# What is the intuition behind the positional cosine encoding in the transformer network?

I don't understand how adding the cosine encodings/functions to each of the dimension of the word vector embedding enables the network to "understand" where each word is situated in the sentence.

What is the intuition behind it? It seems a bit counter intuitive to me to just add these values to the word embedding, they are 2 very different things.

Is the reasoning that it does not make sense for a single example but adding the same values over and over for thousands/millions of input sentences will enable the network to dissociate it?

Essentially the same word at different positions in the sentence will have slightly different embedding and this is where the network is able to capture the position information? It seems to me that it would be more intuitive to concatenate the cosine embedding rather than adding it.

Thanks a lot

• what do you mean by concatenation? May 22, 2019 at 17:28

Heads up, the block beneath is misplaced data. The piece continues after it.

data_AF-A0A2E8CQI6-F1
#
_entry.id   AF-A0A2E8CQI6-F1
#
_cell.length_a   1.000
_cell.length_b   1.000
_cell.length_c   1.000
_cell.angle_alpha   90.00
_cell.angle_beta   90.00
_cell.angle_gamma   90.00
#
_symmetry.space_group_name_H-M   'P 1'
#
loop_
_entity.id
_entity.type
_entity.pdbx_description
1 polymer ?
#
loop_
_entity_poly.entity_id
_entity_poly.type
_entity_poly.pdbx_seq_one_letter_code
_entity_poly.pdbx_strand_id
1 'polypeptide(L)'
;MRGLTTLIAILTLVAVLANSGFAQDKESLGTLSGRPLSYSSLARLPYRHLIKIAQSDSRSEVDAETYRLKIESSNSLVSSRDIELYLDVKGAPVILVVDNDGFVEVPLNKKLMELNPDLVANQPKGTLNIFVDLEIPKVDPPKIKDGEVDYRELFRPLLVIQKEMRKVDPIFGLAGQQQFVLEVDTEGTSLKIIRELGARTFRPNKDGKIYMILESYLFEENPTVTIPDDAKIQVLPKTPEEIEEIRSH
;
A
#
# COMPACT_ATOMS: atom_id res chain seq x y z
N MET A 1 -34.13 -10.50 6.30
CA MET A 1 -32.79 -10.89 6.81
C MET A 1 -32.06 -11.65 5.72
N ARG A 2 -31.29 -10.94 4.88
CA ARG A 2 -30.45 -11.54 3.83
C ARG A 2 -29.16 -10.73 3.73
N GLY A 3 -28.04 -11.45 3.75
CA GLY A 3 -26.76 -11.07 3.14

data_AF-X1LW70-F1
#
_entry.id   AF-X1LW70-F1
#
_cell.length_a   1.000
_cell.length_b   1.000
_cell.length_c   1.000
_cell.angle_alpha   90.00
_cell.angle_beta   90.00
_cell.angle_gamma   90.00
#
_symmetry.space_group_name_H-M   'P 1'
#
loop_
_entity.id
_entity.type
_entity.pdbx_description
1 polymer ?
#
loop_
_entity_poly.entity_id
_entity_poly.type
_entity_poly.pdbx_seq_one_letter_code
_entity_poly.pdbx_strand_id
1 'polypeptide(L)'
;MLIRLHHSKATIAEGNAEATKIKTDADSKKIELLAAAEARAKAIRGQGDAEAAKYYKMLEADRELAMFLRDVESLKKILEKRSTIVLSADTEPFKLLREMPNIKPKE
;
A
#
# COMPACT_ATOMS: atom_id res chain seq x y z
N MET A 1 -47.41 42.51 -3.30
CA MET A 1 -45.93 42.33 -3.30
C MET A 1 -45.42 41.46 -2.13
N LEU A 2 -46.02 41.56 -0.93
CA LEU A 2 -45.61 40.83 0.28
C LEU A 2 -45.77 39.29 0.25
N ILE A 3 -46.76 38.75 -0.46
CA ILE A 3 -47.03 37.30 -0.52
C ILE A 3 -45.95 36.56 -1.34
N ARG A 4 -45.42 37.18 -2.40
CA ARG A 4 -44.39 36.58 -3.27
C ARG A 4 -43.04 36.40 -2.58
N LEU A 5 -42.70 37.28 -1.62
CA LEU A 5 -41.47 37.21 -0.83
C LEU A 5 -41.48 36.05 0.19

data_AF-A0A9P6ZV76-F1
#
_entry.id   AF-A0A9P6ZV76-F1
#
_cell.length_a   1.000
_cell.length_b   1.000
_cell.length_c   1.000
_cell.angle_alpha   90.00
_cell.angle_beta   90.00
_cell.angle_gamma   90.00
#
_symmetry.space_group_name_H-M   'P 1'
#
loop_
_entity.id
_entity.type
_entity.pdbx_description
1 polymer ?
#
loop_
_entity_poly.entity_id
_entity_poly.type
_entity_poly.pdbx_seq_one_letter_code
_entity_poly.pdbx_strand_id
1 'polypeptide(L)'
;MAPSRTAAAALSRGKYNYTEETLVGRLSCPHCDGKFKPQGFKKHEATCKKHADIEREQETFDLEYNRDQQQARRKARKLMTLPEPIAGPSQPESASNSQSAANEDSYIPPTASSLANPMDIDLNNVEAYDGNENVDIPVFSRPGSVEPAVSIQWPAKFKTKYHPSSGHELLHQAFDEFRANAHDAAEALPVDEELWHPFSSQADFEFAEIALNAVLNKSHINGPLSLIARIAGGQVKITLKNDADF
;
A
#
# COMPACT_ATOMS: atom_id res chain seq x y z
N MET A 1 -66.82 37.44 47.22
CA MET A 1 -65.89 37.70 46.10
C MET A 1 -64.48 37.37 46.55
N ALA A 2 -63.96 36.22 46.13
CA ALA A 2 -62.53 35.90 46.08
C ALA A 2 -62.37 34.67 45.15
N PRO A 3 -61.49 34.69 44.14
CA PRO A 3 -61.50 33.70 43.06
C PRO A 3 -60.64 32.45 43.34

• As in for a word embedding of dimension d, you would stack its positional encoding such that it becomes of dimension 2d, instead of using the addition operator.
– Tom
May 22, 2019 at 18:33

This procedure alters the angle between two embedding vectors. Suppose your word is embedded with a vector: $$e_1,e_2,\dots ,e_d$$. If there was no positional encoding then the angle between the embedding vectors of the same word will be always 0 regardless of the position of the word in a sentence.
Now, you alter the vector with positional encodings $$p_1,p_2,\dots ,p_d$$ and $$p'_1,p'_2,\dots ,p'_d$$ for two different positions in a sentence of the same word. Now the angle becomes: $$\cos(\alpha)=\frac{\sum_{i=1}^d(e_i+p_i)(e_i+p'_i)}{\sqrt{\left(\sum_{j=1}^d(e_j+p_j)^2\right)\left(\sum_{j=1}^d(e_j+p_j)^2\right)}}$$